Christ’s last days on Earth

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An Education Week class Tuesday had a chance to learn more about the academic side of Christ’s final days from Eric D. Huntsman, in the Benson Building.

“We talk about what Jesus did with our kids, but we always stress that he is coming back,” Huntsman said. “When he comes back, we want to run out and shout hosanna.”

Huntsman divided the lecture into four parts: 1) Jesus as King, 2) Jesus as Priest, 3) Jesus as the Lamb of God, and 4) Jesus as Lord.

[media-credit name=”Luke Hansen” align=”alignright” width=”300″][/media-credit]
Eric D. Huntsman speaks in the Benson Building on Tuesday Morning. Luke Hansen
He first talked about how important it is that Jesus was the son of David but still lived humbly.

“Jesus is the legal son of David,” Huntsman said. “Although we see obvious failings—adultery, murder, it was important to the Jews because he was the ideal king because he never turned from Jewish law, and he was successful militarily.”

He also talked about how symbolic Christ’s riding in on a donkey during the Triumphal Entry was for the people.

“A donkey is the symbol of humbleness and lowliness,” Huntsman said. “This is why Christ came in on a donkey. The Roman garrison that was there was pumped up for the festival and saw him come in on the donkey and thought, ‘Yeah, whatever’ because power was symbolized by riding in on chariots or stallions.”

Because the temple was primarily a symbol of Christ’s resurrection, according to Huntsman, that’s why Christ became angry with the moneychangers.

“As the rightful king, He is going to establish things as they are meant to be,” Huntsman said.

Huntsman focused on the varying methods of writing from the Four Gospels in the New Testament. He said his daughter knows Jesus as He was described in Luke, loving and caring, but he said there was another side to Christ as well.

“Gospel of Luke gives you the primary Jesus — Jesus loves you,” Huntsman said. “In Mark, I like to call Jesus the John Wayne Jesus. He still loves people and cares for the sick, but He’s tough and powerful.”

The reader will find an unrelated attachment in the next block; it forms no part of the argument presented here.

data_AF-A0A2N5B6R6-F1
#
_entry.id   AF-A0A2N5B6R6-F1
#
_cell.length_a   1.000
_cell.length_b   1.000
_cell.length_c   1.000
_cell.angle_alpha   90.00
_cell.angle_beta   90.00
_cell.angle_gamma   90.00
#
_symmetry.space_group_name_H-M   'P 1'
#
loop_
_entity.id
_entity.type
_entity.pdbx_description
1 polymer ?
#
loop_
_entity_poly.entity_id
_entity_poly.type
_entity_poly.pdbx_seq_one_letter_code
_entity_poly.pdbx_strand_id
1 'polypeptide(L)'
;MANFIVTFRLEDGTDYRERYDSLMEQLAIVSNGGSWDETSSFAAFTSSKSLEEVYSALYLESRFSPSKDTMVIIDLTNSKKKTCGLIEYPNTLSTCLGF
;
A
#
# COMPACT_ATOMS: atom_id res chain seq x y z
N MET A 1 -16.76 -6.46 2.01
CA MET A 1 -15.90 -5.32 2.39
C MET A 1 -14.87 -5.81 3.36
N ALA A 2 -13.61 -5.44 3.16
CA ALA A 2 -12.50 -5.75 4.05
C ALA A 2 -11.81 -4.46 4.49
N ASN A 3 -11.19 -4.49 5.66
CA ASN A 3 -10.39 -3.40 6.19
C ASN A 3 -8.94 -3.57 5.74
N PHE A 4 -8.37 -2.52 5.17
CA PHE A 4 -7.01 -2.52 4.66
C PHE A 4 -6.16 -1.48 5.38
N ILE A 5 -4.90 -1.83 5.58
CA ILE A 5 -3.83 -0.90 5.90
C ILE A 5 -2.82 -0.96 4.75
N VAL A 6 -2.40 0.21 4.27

Sandy Vernon from Highland said she always enjoys coming to Education Week and thought the class was a good reminder of priorities in life.

“Amongst all of the history of the last week of the Savior’s life, the thing that stood out to me was that the things that are important, we talk about,” Vernon said. “I don’t think we spend enough time talking about the Savior in our daily lives.”

She really appreciated Huntsman’s application of the parable of the 10 virgins.

“He compared the oil to our love and faithfulness of Christ,” Vernon said. “At the beginning of the week, everyone was shouting Hosanna, but where were they at the end of the week? We need to make sure we maintain our faithfulness to Him.”

Huntsman said the parable was not just a great lesson on preparation, but it is also symbolic of the Second Coming. He paraphrased Elder Dallin H. Oaks and said the people invited to the wedding were members of the Church, so that means it wasn’t 50 percent of the world that wasn’t ready. It was 50 percent of the Church.

“This is preparing us for the atoning sacrifice of Christ at the end of the week,” Huntsman said. “If we claim Jesus as our king, as we did when we made baptismal covenants, if we let our loyalty grow tepid, we will be like the unwise virgins.”

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